Prepare for a Challenge
sisu is an ability to finish a task successfully…it includes determination, bravery, resilience, perseverance and hardiness
In an ever changing world where the current workforce may well be doing jobs in ten years that don’t even exist yet, it is vital that the education system doesn’t just focus on qualifications and passing the tests. Alongside improving standards of literacy and numeracy there are a whole raft of employability skills that the world of business constantly refer to when defining what their potential workforce needs to be like. The previous post on this blog referred to a number of studies by the CBI that define these qualities and I’ve spent the last week reading even more by the DfE and its predecessor the DCSF. They all say the same thing!
- Attitudes and dispositions to the world of work are formed early.
- They are formed by home and personal experiences.
- Most young people have high aspirations but very little knowledge of what is possible.
- Lack of employability skills prevent many young people from getting employment and keeping it.
Inspire2Learn is trying to address these issues through the STEM days, the Challenge Days and the growing links it is forging between industry and schools but it is time to take it one step further with a FREE event that any school can take part in….
The Sisu Challenge will culminate in an event on 29th June at Inspire2Learn. At that event participants will be asked to set up ‘trade stalls’ that showcase the work that they undertook in addressing the challenge. It is based on a hugely successful event last year in Astana (here for details). There is no age restriction for the challenge, it would work equally well with Y1 as much as Y13, it will be differentiated by outcome. There are three key areas that students can tackle:
- Social Challenge
- Exploiting Technology
- Effective Learning
Some schools will run this as an after school club, some a lunchtime meeting, some as a whole class activity from timetabled over several weeks. It doesn’t matter. Just like in the real world of work where challenges are met by a deadline, the work must be complete by 29th June.
How do you take a key question and develop a solution to it? That is the challenge. By doing so the students will have to develop effective working strategies such as team work and finding out key information that Google might not know. They will have to do this over an extended period of time developing resilience, reflection and planning strategies. They will have to use what they learn to create new ways of doing things, working creatively. And the reason for the event is not just a nice day out: How do you communicate your ideas? Your thought processes? How do you react to a formal conversation with a business leader about how you have tackled an issue?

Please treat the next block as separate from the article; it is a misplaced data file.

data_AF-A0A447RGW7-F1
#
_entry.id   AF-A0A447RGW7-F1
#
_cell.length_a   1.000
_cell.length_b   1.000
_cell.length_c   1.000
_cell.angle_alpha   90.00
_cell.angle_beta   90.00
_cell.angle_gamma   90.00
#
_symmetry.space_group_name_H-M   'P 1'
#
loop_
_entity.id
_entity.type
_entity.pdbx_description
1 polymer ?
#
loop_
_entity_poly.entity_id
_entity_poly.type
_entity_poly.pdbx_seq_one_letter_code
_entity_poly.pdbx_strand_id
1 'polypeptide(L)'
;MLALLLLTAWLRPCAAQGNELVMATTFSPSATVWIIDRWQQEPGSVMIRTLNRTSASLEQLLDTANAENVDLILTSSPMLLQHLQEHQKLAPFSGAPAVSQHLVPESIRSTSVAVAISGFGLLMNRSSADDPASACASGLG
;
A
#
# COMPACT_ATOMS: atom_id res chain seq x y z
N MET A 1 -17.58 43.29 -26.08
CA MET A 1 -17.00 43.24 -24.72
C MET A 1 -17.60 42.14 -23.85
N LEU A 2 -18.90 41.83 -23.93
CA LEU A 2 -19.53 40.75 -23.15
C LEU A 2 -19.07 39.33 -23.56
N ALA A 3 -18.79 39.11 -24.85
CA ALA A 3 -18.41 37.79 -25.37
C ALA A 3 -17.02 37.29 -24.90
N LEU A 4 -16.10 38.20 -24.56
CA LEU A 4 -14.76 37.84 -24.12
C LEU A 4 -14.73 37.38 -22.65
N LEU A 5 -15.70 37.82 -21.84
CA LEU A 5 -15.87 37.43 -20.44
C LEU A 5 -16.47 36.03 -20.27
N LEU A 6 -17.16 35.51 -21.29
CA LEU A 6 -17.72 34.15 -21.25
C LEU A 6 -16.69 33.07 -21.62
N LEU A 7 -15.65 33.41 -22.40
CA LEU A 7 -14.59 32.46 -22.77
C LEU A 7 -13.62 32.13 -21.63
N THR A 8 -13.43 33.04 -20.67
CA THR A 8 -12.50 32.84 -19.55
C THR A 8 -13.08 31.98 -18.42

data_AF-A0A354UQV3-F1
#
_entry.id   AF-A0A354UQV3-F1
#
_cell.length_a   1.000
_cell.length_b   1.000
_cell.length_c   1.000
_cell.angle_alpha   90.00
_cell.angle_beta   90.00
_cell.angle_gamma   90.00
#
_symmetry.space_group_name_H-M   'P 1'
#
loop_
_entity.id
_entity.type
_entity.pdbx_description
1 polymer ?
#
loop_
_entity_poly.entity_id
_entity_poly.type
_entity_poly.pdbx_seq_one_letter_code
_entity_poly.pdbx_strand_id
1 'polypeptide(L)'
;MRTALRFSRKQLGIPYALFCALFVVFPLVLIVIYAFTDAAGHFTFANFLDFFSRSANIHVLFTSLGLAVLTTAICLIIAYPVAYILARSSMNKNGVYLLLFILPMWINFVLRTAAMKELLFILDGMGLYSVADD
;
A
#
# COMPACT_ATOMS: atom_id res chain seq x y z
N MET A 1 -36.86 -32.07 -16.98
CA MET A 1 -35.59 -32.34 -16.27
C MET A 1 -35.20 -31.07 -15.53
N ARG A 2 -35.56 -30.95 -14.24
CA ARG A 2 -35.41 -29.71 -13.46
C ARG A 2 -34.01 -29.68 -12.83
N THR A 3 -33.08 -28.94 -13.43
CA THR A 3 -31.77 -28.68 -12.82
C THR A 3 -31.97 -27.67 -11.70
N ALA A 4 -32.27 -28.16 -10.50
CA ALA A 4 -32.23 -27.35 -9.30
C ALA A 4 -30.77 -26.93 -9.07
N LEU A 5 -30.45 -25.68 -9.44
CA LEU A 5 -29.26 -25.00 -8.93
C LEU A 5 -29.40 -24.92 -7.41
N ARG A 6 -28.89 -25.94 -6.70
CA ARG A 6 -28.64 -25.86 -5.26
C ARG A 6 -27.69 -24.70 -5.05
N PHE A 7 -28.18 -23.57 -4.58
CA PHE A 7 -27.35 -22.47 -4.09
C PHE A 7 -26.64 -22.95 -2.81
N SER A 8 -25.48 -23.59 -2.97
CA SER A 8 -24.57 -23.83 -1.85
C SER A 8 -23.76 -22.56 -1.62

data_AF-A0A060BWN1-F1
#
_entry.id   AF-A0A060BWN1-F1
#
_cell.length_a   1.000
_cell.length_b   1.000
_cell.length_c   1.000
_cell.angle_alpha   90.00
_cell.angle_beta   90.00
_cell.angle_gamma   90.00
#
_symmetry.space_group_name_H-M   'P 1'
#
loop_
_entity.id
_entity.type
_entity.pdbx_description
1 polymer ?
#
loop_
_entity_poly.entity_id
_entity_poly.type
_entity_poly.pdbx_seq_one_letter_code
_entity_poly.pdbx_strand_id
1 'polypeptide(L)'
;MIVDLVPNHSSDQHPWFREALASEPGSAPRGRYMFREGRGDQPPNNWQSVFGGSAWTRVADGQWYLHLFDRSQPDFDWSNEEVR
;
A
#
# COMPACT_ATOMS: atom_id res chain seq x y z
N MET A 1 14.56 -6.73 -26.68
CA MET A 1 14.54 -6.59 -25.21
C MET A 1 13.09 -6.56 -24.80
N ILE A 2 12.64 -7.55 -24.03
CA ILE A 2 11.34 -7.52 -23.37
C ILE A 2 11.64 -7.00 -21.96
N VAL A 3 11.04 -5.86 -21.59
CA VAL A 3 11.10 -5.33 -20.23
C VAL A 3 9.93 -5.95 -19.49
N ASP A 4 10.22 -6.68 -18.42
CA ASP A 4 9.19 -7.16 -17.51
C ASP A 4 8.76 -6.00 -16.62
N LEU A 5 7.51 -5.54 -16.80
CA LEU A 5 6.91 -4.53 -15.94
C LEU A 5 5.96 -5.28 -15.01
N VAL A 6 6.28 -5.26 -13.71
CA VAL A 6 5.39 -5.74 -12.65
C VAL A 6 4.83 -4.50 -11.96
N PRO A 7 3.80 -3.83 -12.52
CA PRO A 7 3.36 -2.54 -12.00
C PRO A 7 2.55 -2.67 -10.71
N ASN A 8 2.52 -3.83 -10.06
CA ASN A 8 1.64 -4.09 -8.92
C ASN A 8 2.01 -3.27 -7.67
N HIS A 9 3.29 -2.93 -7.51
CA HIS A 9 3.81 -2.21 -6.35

Feedback from the Challenge Days tells me that teachers and children love the teamwork, the creativity and the de-centralised classroom working towards a defined purpose that they have ownership of. It chimes with much of the research literature on motivation and effective learning, notably by Carol Dweck. The Sisu Challenge takes that one step further and sets it in the way that a project may need to be completed by a team in a company, over several weeks, self directed.
The project will be complemented by linking in to Newcastle University’s fantastic free MOOC, ‘The Enterprise Shed‘. Some of the materials from that will also be repurposed into iBooks and an iTunesu course because I know that would be useful to many of you.
Final piece of the Jigsaw. The Centre for Learning and Teaching at Newcastle University ran a very successful piece of research using ‘Skype seniors’ to support children in schools over a range of subjects. Basically people with expertise and experience using certain subjects (such as an engineer who uses maths a lot) would give up half an hour a week or so to ‘skype in’ to a lesson and offer a different perspective on learning trigonometry or whatever. It seems that students really appreciated the authenticity of these sessions. We would like to invite schools who take part in the challenge to pair up with a ‘critical friend’ who will skype in maybe once a week to offer an outside opinion on the work that is being undertaken. Consider it an interim feedback report to management! We believe that this will add authenticity to the task as well as gaining essential feedback on how to progress the project further.
More guidance including question planners, strategies for research and examples of what each challenge area might involve will be launched during the first week after Easter.
If you think that there are any children in your school that might benefit from developing work skills, independence and problem solving or being part of a project team and presenting their work to the wider world then please email:
Incidentally, if you don’t have any children like that then I’m intrigued…..
If you are not a school but would like to support the project in any other way please email us too!